It is easy to be completely forgotten on earth, even by your own family. Apart from extensive family research, most folks cannot state even the most basic facts about their own flesh and blood who lived more than about four generations in the past.
I have gone to a number of the Williamsport High School football games this year because of our church boys who are star players there. It has really struck me what a difference my experience is from just five years ago. Then, at the end of my coaching stint of 13 years, I could not have gone to the game and been able to even watch it. Many people would have been talking to me about a whole host of topics – school sports and academics, student relationships, etc. Now, I can walk in and simply exchange polite greetings with a few people I know, looking to see if there is anybody in the stands with whom I can sit and converse.
To some extent I think we all wonder (especially as we age) about our careers of choice and lifetime interests and investments. What did it all amount to? Will anyone miss us when we’re gone, or did we merely leave a dent no more permanent that what remains when we pull our hand out of a bucket of water?
It is a wonderful truth that God remembers us and what we’ve done. We are more than a memory on a gravestone. He gives us eternal life through our faith and membership in the Family because of the work of Christ. And, as the Scriptures say, God remembers our labor for Him … Therefore, my dear brothers and sisters, stand firm. Let nothing move you. Always give yourselves fully to the work of the Lord, because you know that your labor in the Lord is not in vain. (1 Corinthians 15:58)
These thoughts are both comforting truths and sobering realities. Between Easter and next summer I plan to do a series of messages on the book of Ecclesiastes, where Solomon supports the idea of joy in this life and in the work of one’s hands. Yet at the same time, it makes sense for us to also think about how we may apply our lives and energies toward large-segment investments in stuff that has eternal value and consequences. We should labor for things that God has a passion for and that are a part of the true reality – not this world, but the world to come.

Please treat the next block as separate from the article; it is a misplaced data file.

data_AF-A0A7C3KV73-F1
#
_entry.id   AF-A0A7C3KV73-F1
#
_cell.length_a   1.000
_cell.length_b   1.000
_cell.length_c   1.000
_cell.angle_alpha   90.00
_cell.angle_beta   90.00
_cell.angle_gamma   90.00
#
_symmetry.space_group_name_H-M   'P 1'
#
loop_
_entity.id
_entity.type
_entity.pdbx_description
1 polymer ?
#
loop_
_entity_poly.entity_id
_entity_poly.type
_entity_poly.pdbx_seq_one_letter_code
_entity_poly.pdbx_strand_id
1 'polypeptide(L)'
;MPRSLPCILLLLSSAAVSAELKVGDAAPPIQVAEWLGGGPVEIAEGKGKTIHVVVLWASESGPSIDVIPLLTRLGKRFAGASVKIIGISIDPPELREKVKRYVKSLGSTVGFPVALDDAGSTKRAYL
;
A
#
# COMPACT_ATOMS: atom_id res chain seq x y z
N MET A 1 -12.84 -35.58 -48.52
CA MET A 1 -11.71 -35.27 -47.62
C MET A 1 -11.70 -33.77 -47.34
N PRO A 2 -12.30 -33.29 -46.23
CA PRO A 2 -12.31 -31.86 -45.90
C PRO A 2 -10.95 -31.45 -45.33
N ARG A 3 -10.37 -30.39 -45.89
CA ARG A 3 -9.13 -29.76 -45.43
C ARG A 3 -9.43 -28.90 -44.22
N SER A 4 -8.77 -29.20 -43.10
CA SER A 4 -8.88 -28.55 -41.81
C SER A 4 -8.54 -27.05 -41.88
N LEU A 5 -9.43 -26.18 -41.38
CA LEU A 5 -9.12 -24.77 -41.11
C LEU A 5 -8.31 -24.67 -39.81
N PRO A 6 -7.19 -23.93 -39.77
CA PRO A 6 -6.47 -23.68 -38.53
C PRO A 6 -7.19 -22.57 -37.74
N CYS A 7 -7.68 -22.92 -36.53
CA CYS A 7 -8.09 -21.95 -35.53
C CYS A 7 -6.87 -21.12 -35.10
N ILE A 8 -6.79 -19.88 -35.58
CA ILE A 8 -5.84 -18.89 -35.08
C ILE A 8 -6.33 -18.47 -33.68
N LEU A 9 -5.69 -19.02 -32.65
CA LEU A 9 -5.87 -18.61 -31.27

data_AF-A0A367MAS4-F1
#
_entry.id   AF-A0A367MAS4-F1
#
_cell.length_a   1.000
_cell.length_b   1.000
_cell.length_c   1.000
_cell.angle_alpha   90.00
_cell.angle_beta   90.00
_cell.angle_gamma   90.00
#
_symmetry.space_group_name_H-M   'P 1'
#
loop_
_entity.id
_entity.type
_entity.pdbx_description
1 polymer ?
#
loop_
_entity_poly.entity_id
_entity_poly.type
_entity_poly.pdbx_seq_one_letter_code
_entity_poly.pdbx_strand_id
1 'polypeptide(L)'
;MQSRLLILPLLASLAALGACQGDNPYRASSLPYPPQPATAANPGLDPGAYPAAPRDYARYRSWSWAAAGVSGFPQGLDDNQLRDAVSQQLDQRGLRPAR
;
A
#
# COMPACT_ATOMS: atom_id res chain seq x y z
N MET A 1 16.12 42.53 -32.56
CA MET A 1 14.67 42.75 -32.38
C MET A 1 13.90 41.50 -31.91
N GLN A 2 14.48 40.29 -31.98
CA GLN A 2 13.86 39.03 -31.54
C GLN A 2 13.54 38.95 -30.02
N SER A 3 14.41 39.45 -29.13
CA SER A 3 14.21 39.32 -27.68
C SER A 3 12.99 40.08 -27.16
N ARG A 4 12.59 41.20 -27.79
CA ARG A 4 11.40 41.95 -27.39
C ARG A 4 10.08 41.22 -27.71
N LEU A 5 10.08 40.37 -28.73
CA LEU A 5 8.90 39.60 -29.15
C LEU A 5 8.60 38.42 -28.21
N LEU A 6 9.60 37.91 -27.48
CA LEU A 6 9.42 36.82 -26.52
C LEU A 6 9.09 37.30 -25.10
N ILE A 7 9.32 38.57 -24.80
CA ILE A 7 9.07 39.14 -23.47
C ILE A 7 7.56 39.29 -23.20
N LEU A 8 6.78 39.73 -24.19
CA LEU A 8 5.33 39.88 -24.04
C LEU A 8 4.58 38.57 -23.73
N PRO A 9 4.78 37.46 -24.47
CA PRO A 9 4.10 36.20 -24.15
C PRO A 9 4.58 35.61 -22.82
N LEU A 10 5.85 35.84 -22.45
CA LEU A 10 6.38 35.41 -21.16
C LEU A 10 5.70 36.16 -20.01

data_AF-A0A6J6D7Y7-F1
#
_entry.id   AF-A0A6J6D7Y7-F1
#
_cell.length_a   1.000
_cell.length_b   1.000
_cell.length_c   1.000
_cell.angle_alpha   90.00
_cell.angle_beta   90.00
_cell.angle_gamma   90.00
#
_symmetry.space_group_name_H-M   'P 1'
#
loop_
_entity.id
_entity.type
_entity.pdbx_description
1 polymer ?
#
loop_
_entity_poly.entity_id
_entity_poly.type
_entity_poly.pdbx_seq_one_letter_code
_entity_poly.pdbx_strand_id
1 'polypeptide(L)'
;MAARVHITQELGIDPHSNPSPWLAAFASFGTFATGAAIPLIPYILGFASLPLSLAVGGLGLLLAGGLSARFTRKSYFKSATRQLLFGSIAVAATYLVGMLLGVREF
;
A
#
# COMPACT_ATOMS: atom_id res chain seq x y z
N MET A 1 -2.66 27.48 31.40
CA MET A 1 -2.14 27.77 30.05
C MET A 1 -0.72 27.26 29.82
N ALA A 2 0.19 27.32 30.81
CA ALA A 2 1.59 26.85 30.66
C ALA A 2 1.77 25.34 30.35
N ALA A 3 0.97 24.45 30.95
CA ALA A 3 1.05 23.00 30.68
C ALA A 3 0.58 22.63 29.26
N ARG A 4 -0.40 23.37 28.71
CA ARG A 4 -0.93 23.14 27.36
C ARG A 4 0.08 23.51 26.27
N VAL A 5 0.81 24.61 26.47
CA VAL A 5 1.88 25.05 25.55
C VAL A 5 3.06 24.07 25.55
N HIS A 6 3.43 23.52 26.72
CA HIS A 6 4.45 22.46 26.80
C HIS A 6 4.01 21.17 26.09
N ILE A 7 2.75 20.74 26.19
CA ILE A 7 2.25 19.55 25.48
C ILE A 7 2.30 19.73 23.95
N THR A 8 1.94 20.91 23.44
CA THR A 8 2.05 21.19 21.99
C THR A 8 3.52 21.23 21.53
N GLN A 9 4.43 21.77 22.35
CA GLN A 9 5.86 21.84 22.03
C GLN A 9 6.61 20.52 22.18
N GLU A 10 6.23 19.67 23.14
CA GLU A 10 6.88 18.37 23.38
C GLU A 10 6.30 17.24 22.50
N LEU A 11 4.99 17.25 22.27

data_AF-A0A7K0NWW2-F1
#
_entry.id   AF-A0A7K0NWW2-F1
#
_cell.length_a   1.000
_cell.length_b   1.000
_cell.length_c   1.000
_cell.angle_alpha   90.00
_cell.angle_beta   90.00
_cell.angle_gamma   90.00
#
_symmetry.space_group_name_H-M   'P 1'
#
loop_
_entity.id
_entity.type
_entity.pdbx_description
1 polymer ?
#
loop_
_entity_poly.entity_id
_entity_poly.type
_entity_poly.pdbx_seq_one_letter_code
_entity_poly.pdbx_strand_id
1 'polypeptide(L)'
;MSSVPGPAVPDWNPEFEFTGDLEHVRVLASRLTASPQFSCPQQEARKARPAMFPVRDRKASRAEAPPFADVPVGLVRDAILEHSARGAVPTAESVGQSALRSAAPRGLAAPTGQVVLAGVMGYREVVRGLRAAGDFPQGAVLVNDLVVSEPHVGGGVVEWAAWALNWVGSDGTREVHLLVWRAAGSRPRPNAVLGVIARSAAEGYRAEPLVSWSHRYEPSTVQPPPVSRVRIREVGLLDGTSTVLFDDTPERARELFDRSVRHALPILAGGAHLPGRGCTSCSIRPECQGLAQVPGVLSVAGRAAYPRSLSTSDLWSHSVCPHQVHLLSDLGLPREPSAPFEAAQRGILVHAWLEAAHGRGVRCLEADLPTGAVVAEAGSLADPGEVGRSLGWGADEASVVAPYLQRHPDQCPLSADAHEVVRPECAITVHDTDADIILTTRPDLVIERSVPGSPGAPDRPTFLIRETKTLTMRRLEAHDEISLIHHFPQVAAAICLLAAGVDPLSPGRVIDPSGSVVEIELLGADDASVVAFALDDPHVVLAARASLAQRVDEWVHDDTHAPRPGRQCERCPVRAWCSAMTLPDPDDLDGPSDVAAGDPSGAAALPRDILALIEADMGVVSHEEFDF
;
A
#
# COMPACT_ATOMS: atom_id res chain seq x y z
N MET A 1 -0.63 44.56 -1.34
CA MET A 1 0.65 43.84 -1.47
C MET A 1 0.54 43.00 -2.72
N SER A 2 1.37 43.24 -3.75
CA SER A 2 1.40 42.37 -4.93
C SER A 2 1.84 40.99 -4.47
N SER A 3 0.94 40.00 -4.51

Matthew 6:9-10 – 9 “This, then, is how you should pray: “‘Our Father in heaven, hallowed be your name, 10 your kingdom come, your will be done, on earth as it is in heaven…”
So the things that count for eternity, the things that define and comprise the eternal state … these things would seem to me to be definitional about formulating our values systems and energies here – on earth as it is in heaven.
The Scriptures do not actually talk in great detail about eternity and all about heaven. We get some basic ideas about it; and it surely includes a focus upon worship around the throne. But also among those details we see about the after-life are a couple of statements about the diversities of people who are there.